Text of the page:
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What To Do When a Loved One Dies

Georgia Probate Proceedings

“What to Do When Your Loved One Dies”

Presented as a public service by the Probate Court of Clayton County – April 26, 1996


There are a number of different proceedings which may be filed in the Probate Court following the death of a Georgia resident or a nonresident who owned property in Georgia. Proceedings are filed in the Probate Court of the County of Deceased’s residence or a County where property of a nonresident is located.

This pamphlet briefly describes the usual initial proceedings. For each proceeding described, there is a standard form which the Court will provide to any person.

It is recommended that you discuss matters of concern with an attorney who practices probate or estate law. An attorney can assist you in determining which proceeding is the most appropriate for your particular situation. Very often, there are other matters (e.g., tax returns, preparation of deeds, title transfers, etc.) which may also make it necessary for you to seek the services of an attorney.

If you proceed without an attorney, it will be your responsibility to determine or select the proceeding appropriate to your situation. Probate Court Staff may not make the determination or selection for you, since to do so may constitute the unauthorized practice of law, a misdemeanor under Georgia law. Neither the Court nor the county can accept responsibility for incorrect decisions made by staff, and the staff members have been directed to refrain from giving such advice.

It is also your responsibility to properly complete all forms, which must be typed or legibly printed in black ink. Staff are not permitted to perform stenographic tasks for the public. Staff may be able to answer general questions about the standard forms, deadlines for filing of proceedings, scheduling uncontested hearings, and how other matters are scheduled by the Court.

The Probate Judge is required by law to remain impartial to all parties. The Judge must treat every case as though it may become contested. Therefore, the Judge may not advise you on which proceeding is most appropriate to your case. The Judge is prohibited from discussing the facts or evidence in any contested case with a party unless all parties are present. You should not ask to discuss your case privately with the Judge, and you should understand if the Judge stops any conversation with you which he deems to require the presence of others.

Procedures Available For Decedents’ Estates

When There Is a Will

Solemn Form Probate: This procedure requires notice to all heirs-at-law and becomes binding upon all parties immediately upon appointment of the Executor. All heirs must be duly served or must acknowledge service. The Court will appoint a Guardian ad litem for each minor or incapacitated adult heir. The notice requires anyone having a legal cause to object to the Will (“contest it”) to file the objection by a certain deadline. “Heirs-at-law” are the persons who would inherit the estate if there were no lawful Will; they may or may not be beneficiaries under the Will. The original Will must be filed before or at time petition to probate is filed and proof of the execution of the Will must be provided by Interrogatories or other legal proof of Witness. Since March 28, 1984, it has been possible to have a will or codicil “self-proven” by means of a specially worded affidavit signed by the Testator and Witnesses.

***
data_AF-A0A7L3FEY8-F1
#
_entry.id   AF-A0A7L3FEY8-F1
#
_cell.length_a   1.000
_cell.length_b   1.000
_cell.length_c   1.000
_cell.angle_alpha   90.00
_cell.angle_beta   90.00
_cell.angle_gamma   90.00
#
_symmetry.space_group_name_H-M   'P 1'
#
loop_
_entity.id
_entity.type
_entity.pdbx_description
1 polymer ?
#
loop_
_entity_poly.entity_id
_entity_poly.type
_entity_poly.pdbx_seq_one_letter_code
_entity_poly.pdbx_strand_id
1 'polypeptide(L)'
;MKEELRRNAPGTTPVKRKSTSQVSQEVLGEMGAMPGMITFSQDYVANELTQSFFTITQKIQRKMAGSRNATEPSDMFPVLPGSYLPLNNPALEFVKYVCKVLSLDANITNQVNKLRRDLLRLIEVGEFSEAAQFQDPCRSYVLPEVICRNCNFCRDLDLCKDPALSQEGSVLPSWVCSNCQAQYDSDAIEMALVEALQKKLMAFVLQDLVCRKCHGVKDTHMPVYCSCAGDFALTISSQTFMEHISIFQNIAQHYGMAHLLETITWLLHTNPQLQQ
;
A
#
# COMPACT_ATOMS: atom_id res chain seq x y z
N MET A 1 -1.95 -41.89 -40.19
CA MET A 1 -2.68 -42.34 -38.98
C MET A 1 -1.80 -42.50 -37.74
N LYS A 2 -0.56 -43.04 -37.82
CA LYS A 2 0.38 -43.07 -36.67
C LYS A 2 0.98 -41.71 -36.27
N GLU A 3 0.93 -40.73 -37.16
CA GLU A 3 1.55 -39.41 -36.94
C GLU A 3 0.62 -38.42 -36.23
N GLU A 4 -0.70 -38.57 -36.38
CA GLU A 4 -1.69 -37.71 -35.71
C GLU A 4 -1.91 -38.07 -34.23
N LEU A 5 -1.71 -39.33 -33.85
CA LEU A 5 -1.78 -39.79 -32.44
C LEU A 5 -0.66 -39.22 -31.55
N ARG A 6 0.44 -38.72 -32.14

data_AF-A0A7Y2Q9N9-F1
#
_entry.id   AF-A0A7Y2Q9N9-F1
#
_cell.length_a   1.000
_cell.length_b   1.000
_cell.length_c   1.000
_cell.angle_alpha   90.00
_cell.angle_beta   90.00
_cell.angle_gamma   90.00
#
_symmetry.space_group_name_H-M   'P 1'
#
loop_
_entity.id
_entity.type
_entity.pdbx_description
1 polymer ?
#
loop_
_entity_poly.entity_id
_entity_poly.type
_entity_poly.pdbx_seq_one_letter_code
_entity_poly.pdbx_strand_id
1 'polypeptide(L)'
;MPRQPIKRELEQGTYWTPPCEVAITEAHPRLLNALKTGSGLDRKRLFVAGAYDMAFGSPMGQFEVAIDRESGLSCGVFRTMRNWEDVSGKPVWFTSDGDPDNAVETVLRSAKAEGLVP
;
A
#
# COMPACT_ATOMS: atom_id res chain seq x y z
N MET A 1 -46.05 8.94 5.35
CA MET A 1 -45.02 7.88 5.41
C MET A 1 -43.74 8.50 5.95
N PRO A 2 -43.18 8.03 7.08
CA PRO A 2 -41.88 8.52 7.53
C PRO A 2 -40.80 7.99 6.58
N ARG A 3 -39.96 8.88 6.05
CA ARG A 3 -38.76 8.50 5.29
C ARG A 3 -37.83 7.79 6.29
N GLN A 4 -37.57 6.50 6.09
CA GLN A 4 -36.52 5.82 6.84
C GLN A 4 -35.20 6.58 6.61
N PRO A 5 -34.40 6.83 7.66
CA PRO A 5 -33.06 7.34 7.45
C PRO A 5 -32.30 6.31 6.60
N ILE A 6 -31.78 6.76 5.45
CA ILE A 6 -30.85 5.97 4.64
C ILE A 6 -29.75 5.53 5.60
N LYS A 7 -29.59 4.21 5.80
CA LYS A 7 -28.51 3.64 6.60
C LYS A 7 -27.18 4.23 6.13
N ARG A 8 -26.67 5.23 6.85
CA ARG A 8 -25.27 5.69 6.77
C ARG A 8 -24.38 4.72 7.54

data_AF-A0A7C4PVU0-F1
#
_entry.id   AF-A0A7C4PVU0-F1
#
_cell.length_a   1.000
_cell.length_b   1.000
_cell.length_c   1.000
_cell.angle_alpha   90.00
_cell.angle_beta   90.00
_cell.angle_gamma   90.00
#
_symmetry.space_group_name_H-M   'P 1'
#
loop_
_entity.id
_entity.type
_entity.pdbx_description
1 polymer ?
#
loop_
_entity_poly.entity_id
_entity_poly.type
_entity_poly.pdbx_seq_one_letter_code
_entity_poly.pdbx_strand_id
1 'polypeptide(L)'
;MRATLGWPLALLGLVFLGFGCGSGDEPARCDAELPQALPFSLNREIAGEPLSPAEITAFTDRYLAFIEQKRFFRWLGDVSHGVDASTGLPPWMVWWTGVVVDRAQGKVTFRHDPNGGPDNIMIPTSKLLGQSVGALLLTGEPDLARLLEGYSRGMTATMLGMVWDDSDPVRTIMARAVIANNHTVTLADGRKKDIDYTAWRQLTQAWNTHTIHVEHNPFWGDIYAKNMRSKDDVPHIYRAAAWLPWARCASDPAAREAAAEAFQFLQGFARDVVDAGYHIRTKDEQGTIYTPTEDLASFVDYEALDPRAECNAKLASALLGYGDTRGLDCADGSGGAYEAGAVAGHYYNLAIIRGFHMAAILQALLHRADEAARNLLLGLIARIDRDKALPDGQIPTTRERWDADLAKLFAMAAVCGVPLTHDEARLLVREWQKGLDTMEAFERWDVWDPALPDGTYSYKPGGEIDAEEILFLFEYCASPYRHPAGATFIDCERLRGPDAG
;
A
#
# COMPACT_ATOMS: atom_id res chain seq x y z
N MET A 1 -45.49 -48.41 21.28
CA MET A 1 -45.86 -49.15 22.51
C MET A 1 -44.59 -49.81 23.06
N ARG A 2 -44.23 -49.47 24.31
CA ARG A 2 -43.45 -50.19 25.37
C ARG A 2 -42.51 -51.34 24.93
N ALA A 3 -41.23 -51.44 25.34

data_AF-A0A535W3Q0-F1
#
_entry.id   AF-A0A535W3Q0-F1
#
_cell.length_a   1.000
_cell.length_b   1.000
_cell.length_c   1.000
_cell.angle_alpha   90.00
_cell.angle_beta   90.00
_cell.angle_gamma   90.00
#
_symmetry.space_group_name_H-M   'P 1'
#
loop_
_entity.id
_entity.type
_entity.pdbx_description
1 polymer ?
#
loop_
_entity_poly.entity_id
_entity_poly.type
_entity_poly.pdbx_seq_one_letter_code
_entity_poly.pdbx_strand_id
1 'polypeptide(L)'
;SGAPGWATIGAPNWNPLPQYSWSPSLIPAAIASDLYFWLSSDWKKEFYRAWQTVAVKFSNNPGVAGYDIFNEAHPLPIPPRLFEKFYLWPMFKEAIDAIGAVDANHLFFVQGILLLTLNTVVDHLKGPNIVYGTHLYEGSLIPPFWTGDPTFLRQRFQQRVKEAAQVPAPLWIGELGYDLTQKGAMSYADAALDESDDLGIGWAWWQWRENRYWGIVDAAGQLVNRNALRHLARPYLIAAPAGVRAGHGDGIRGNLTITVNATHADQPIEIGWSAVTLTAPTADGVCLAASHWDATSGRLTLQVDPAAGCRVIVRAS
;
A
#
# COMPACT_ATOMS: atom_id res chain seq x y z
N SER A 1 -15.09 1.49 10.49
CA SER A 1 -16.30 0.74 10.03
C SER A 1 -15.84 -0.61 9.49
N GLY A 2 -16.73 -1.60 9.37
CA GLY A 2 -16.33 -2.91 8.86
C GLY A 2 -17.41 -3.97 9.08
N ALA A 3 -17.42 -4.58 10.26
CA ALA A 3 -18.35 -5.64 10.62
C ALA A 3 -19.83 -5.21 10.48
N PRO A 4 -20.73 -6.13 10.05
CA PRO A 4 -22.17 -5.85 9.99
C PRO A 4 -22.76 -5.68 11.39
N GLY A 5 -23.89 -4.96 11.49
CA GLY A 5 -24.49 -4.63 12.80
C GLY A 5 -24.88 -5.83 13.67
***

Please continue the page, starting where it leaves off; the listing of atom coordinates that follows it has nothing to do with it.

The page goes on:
Common Form Probate: This procedure may be done without notice to heirs but does not become legally binding for four years after the appointment of the Executor. The requirements of filing the original Will and proof of proper execution are the same as with solemn form probate. Heirs and others legally interested in the estate may file a petition that the Will be offered for probate in solemn form so that objection may be filed to it, at any time up to four years after the common form probate.

Probate Will in Solemn Form & for Letters Administration With Will Annexed: If there is a Will but the named Executor(s) is/are either unable or unwilling to serve, an Administrator with Will Annexed may be appointed. If a named Executor is still living, he/she must sign a document that he/she declines to serve, or there must be testimony that the nominated Executor is unable to serve, in which case he/she must be served as are the heirs.

Will Filed Only, Not Probated: If there is no property to pass under the Will, probate is not necessary. However, the Will of a Deceased must be filed with the Probate Court. Real estate, unlike joint bank accounts, may not automatically pass to a surviving co-owner. If the only property in the estate is a motor vehicle, title may be transferable through the Tag Office without probate being necessary. There is no cost to file a Will not offered for probate.